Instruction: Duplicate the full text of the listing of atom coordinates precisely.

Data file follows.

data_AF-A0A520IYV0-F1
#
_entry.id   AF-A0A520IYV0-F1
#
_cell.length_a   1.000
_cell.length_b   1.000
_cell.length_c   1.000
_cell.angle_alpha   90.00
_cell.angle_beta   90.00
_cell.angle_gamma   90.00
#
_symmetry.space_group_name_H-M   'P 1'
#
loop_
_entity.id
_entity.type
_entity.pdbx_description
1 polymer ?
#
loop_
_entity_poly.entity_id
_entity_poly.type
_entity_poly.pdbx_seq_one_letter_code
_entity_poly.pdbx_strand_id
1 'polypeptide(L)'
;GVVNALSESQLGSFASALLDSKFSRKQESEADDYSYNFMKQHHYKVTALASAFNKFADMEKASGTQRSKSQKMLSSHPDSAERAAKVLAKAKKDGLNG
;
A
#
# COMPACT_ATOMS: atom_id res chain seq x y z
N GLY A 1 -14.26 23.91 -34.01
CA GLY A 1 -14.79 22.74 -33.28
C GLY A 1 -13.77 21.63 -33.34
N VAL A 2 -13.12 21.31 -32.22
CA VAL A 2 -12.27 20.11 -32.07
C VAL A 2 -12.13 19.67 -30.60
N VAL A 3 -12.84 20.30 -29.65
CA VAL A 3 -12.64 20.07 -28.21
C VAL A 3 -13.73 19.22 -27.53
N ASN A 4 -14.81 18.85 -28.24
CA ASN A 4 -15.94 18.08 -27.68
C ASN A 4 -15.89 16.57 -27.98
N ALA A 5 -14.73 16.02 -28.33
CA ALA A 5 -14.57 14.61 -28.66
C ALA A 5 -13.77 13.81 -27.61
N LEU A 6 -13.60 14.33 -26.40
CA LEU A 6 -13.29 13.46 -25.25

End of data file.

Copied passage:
data_AF-A0A520IYV0-F1
#
_entry.id   AF-A0A520IYV0-F1
#
_cell.length_a   1.000
_cell.length_b   1.000
_cell.length_c   1.000
_cell.angle_alpha   90.00
_cell.angle_beta   90.00
_cell.angle_gamma   90.00
#
_symmetry.space_group_name_H-M   'P 1'
#
loop_
_entity.id
_entity.type
_entity.pdbx_description
1 polymer ?
#
loop_
_entity_poly.entity_id
_entity_poly.type
_entity_poly.pdbx_seq_one_letter_code
_entity_poly.pdbx_strand_id
1 'polypeptide(L)'
;GVVNALSESQLGSFASALLDSKFSRKQESEADDYSYNFMKQHHYKVTALASAFNKFADMEKASGTQRSKSQKMLSSHPDSAERAAKVLAKAKKDGLNG
;
A
#
# COMPACT_ATOMS: atom_id res chain seq x y z
N GLY A 1 -14.26 23.91 -34.01
CA GLY A 1 -14.79 22.74 -33.28
C GLY A 1 -13.77 21.63 -33.34
N VAL A 2 -13.12 21.31 -32.22
CA VAL A 2 -12.27 20.11 -32.07
C VAL A 2 -12.13 19.67 -30.60
N VAL A 3 -12.84 20.30 -29.65
CA VAL A 3 -12.64 20.07 -28.21
C VAL A 3 -13.73 19.22 -27.53
N ASN A 4 -14.81 18.85 -28.24
CA ASN A 4 -15.94 18.08 -27.68
C ASN A 4 -15.89 16.57 -27.98
N ALA A 5 -14.73 16.02 -28.33
CA ALA A 5 -14.57 14.61 -28.66
C ALA A 5 -13.77 13.81 -27.61
N LEU A 6 -13.60 14.33 -26.40
CA LEU A 6 -13.29 13.46 -25.25